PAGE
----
With the fluid nature of the superyacht industry, and with the ever-improving capabilities of internet technologies at sea, it is no surprise that more and more captains are turning to online crew recruitment services to fill positions aboard the world’s finest superyachts.
Yachting Pages spoke to Vanya Chubatarova of DockJobCrew.com, an online job community that is seeking to change the way that crew agencies work. Read on to find out about changing trends within the crew recruitment sector, and the reasons why the industry is turning to such online services.
How would you describe DockJobCrew.com? How did it all start?
DockJobCrew.com is an online yachting job community with the primary aim of facilitating online recruiters in meeting their chosen candidates face-to-face before hire. No third party is involved in our service, and so all crewmembers send their CVs directly to the decision-makers on board; captains, chief mates, chief stews, etc..
All DockJobCrew employers have the opportunity to recruit crew by themselves and to meet the candidates before they hire them, although, we can of course assist in this matter if the captains do not have the time.
What are the biggest challenges that you face in your industry and sector?
A big challenge for the yachting industry currently is crew visas as many candidates do not always approach yachts with a valid visa in place. We would therefore like to find a reputable company that can work with us and our growing candidate database to help us overcome the issue.
I would say that the biggest challenge in the crew recruitment sector itself is finding professional English and Russian-speaking crew. Many Russian boats are looking for experienced crewmembers that are not only qualified to work aboard, but also speak fluent English and/or Russian. We are always therefore hoping to expand our crew database with these candidates.
What trends do you see emerging in the crew recruitment sector at the moment?
By its very nature, the yachting industry is fluid; land-based crew agencies are always very helpful, but bear in mind that the industry is not based in one port – the boats are moving all of the time and it’s therefore easier to look to the internet for recruitment solutions; available 24/7, you can handpick candidates yourself.
Some recruiters may argue that this move to online recruitment is more time consuming for them, but the service offers captains the opportunity to pick their own crew. If, shortly after hiring, they realise that the candidate is not the right fit for the yacht, at least they have not wasted money that can then be spent in recruiting another candidate for the job keeping the boss happy.
In the long-term, I would therefore argue that online crew recruitment makes hiring easier – a trend that is becoming more and more noticeable within the industry.
Which crew jobs are you currently seeing the biggest demand for? Are you seeing a shortage or surplus of applicants for any position within the sector?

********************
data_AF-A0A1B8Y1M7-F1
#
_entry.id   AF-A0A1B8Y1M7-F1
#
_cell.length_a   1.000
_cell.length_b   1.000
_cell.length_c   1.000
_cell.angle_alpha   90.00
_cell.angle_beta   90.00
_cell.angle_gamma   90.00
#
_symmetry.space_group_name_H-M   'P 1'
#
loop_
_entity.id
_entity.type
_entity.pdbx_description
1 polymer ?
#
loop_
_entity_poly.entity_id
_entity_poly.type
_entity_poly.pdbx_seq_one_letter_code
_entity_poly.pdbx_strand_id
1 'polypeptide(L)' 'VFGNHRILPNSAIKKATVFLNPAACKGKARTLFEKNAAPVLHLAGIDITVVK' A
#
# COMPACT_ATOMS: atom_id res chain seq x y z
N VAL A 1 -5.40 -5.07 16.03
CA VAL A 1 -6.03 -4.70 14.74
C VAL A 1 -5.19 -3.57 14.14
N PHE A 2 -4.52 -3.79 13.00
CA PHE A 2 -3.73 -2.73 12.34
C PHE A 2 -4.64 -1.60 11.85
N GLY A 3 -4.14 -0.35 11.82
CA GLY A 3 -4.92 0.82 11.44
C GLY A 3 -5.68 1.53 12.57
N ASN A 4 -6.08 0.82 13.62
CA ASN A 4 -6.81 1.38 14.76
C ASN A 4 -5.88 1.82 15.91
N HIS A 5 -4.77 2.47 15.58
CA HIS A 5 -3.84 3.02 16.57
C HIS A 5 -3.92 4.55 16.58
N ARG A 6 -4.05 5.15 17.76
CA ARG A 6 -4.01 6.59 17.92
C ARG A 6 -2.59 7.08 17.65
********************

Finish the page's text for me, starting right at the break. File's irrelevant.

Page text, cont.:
Currently, I would say the most-wanted crew are stewardesses and deckhands – these are the two positions that crew can make very good money in with the least qualifications.
Of course, the more qualifications required for a position, the harder it becomes to find appropriate crew. There is usually therefore a shortage of quality captains, chief engineers, bosuns, etc., so, for these positions, it’s worth remembering that personality and qualification go hand-in-hand, giving you the edge over the competition at interview stage.
What is new with Dock Job Crew? Are you working on any new developments at the moment?
DockJobCrew.com is currently working on an app for iOS and Android to make it easier for recruiters and crew to check up on their application progress while on the move. The app is still in the development stage at the moment, but we hope it will be released to the market very soon.
DockJobCrew is also focusing on growth. With networking a great way for crew to find a yacht job, we are trying to attract crew training schools, captains, yachting communities, uniform suppliers, yacht service companies and crew agencies as partners, sharing crew data and available positions with them. We would also like to begin a partnership with ex-yachties that are looking to develop land-based services for yachts and boats.
What are your top tips for recruiters using online recruitment services?
My number one tip for recruiters turning to online recruitment services is, give a full description of your boat – current location, whether it is private or charter, motor or sailing yacht, overall size, etc. Add good descriptions of what the candidate will be responsible for, what is expected of him/her, and what the salary is. All of these are very important details that can attract very highly qualified crew.
Looking to the other side of the service, what are your top tips for crew using online recruitment services?
For crew using online recruitment services, it is very important to add a current CV. In our experience, most crew working with the industry do not keep their CVs up-to-date. When using DockJobCrew.com, crew can also update their status, make friends and add files and photographs to attract more captains to view their profile.
Applying for the yacht job is just the beginning; it is also really important to hang around in the yachting community; online so that captains can contact you directly – as with DockJobCrew.com, which is just like Facebook for yachties, and to network on shore at marinas and popular crew spots.
For more information, visit DockJobCrew.com.